"Giants in the Mountains: The Search for Sasquatch" does not attempt to prove or disprove the existence of sasquatch, but instead looks at how and why the story is so ingrained in the cultural fabric of the Northwest.
The story of sasquatch certainly goes far beyond the 1987 movie “Harry and the Hendersons” or recent beef jerky TV commercials. It has been told for centuries among Northwest Indian tribes.
That mix of ancient mythology and modern commercialism is the focal point of a sasquatch exhibit that opened Saturday at the Washington State History Museum.
“One of the themes of the exhibit is to look at sasquatch from a perspective that people don’t think about how far-reaching the story is,” said Gwen Perkins, the co-curator on the exhibit. “If you look back into history, this type of story has been reflected in legends and stories all over the world. But this story also has such strong connections to the Northwest.”
Sasquatch is a word derived from the Salish word “sesqec,” meaning “wild man,” Perkins said. In other parts of the world, the name is Bigfoot, Yeti or Wild Man. Definitions of the names vary from “ape man” to “bad luck spirit” and from “big elder brother” to “evil cannibal spirit.”
The exhibit is built around about 40 significant items, including casts of alleged footprints, ancient stone carving and Indian masks.
One of the key artifacts is a prehistoric stone head borrowed from the Maryhill Museum of Art. The carving was found in the Columbia Basin in the 1890s and is believed to date from 1,500 B.C. to 500 A.D., Perkins said.
“When you see them, they resemble gorillas. There have been at least four of these stone heads,” Perkins said.
There was a lot of debate when they were found, Perkins added, questioning how people at that time would have seen a gorilla-like creature.
“Anthropologists have one belief about it, sasquatch people have their belief about it,” said Susan Rohrer, manager at the State Capital Museum. The head was part of the exhibit when it appeared in Olympia in 2007-08.
“What is the origin of them, why are these stone heads there? It really is a cornerstone of the exhibit,” Rohrer added.
Another part of the exhibit looks at the story of sasquatch in Northwest Indians culture.
“There are easily hundreds of sasquatch legends, particularly here in the Northwest,” Perkins said.
One told frequently by the Nisqually Tribe of Indians is the story of the giant hairy beast Tsiatko, believed to mean nocturnal demon.
“They thought it was huge, with 18-inch feet shaped like a bear’s. One thing that keeps coming up, here and on the east side, sasquatch supposedly has an owl voice,” she said.
The exhibit also includes five Indian masks, four of which are believed to have been made in the 1920s.
Also on display are a number of footprints casts, including items from the collection of Dr. Jeffrey Meldrum, a Discovery Channel Bigfoot expert and professor at Idaho State University. There also are casts from the late Dr. Grover Krantz, a noted Bigfoot researcher and anthropologist from Washington State University.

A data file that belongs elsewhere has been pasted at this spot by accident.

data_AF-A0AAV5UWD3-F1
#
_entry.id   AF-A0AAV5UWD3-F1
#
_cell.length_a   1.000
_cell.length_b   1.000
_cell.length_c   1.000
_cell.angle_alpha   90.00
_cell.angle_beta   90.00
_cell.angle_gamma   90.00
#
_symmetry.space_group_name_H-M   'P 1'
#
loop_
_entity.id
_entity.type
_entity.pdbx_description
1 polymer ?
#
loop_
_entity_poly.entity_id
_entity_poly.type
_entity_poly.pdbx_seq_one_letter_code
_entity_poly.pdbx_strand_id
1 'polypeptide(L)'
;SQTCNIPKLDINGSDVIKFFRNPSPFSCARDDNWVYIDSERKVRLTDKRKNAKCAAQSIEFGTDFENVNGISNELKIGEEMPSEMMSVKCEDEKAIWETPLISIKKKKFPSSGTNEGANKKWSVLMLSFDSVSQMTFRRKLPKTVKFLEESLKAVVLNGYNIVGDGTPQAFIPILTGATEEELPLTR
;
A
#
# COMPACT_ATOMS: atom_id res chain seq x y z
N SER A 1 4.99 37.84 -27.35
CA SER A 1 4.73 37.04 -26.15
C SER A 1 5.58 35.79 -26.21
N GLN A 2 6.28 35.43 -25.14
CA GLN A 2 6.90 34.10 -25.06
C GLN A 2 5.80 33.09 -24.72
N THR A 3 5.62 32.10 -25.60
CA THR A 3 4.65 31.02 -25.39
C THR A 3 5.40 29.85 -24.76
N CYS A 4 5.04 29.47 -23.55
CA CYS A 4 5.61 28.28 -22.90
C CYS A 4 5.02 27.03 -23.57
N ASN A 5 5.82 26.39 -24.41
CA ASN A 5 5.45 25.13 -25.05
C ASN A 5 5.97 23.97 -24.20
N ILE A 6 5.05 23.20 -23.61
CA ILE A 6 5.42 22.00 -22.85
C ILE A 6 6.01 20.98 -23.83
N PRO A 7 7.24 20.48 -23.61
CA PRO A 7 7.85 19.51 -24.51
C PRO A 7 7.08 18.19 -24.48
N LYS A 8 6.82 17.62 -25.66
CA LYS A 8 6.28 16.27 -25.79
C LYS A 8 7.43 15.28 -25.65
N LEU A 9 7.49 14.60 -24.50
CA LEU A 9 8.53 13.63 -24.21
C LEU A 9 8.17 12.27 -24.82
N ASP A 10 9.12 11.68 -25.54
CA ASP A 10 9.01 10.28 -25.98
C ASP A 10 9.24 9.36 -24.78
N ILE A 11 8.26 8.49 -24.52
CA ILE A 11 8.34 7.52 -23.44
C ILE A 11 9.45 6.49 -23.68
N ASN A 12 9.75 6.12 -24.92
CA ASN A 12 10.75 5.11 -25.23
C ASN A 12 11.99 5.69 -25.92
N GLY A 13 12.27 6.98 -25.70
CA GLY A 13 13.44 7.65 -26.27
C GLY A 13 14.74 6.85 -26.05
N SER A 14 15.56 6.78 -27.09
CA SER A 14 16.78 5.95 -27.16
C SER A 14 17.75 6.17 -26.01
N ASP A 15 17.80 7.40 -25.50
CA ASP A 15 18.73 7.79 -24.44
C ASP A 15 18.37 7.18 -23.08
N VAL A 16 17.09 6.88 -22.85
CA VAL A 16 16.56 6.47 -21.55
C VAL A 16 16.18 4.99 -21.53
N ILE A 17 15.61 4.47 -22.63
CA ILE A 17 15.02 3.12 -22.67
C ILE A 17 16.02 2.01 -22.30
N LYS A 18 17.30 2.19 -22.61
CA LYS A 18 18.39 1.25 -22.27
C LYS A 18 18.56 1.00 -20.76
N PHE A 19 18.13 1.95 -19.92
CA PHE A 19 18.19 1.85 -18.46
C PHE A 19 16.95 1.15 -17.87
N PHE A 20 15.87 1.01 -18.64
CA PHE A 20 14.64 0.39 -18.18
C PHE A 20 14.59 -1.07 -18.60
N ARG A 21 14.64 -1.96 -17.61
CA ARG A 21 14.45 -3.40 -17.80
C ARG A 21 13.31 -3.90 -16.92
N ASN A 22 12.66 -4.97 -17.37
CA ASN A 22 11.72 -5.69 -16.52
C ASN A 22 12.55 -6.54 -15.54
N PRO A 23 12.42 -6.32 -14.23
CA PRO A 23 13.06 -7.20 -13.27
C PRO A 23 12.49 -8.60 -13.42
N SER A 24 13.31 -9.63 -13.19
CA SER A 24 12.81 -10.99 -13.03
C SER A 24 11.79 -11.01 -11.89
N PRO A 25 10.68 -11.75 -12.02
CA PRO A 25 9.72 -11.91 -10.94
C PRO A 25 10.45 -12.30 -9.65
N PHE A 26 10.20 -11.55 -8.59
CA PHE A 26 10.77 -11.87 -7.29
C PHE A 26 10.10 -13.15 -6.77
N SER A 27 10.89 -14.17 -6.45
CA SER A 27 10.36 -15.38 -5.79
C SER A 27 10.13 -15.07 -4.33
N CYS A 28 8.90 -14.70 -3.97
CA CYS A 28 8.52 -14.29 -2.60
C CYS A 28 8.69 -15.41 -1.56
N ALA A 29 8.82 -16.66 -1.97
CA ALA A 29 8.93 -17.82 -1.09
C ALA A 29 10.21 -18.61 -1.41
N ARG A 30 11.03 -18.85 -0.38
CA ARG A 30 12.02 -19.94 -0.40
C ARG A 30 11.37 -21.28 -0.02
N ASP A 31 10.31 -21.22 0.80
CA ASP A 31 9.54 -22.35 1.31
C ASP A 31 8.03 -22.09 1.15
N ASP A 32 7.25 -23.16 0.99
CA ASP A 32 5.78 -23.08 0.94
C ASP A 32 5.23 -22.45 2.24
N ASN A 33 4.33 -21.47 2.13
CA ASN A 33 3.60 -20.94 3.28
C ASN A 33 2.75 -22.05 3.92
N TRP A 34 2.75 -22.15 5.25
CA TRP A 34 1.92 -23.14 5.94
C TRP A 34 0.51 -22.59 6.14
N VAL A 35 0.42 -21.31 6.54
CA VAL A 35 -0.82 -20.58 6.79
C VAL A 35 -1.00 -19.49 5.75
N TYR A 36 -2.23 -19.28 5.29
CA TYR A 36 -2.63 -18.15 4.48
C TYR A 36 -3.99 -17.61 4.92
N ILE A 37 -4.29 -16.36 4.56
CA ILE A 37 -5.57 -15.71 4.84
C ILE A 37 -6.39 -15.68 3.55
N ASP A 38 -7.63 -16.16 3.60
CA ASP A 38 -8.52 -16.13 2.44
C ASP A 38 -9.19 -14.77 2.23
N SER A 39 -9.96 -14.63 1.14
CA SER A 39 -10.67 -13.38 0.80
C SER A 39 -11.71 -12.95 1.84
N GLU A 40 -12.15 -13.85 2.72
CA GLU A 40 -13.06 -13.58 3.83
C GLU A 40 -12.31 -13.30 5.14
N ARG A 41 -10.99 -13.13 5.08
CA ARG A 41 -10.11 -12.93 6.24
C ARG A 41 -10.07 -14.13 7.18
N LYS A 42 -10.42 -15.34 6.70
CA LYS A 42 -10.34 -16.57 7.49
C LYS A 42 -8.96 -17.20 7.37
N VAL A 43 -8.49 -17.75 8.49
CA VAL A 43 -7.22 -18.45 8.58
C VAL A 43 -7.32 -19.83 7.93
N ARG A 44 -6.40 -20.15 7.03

“He was one of the first scientists to come out and say sasquatch exists,” Perkins said of Krantz. “That had a pretty major impact on how people looked at the possibility of this being real.”
Perkins admits not everyone who sees the exhibit will be convinced sasquatch is real. She recalled a letter to the editor written to The Olympian when the exhibit appeared at the State Capital Museum. The letter’s author asked why the museum would not do an exhibit on the tooth fairy if it did one on Bigfoot.
That was the lone dissent, however, said Rohrer, the Olympia museum manager.
“We had huge attendance. We had people fly in from out of state for this exhibit. I had people from Southern California call to see where was the nearest airport to Olympia so they could fly in,” Rohrer said.
Then there was the day Meldrum and Bob Gimlin spoke at the museum. Gimlin is famous for being part of the group that filmed what they claim was a Bigfoot in Northern California in 1967.
“We held two programs that day, but we still must have turned away 200 people,” Rohrer said.
“I never had an exhibit when I had to stand between a speaker and the public so the speaker could go get dinner,” she added. “Meldrum was on the floor of the museum for 12 hours that day, people just wanted to speak to him, show him evidence.”
Gimlin is scheduled to speak at the Tacoma museum in June.
“It’s an exhibit that has a really focused interest group,” Rohrer said. “There are scientists, naturalists, pop culturists, ethnographers, the hobbyists, people who enjoy the unknown. It’s kind of one of the last unknowns, kind of like UFOs.”
“We understand this is a topic that is very strongly under debate. We’re trying to portray a very balanced view,” Perkins said. “In a sense, whether the creature actually exists isn’t as important as the impact it has had on the people who live out here.
“If you come here looking for an exhibit poking fun at people or mocking the story, this is not your exhibit. This is too important to many people, like the tribal communities, the people out there researching sasquatch. We want to present those sides of the story as well as the side about people who are making money off of this.”
Jeffrey P. Mayor: 253-597-8640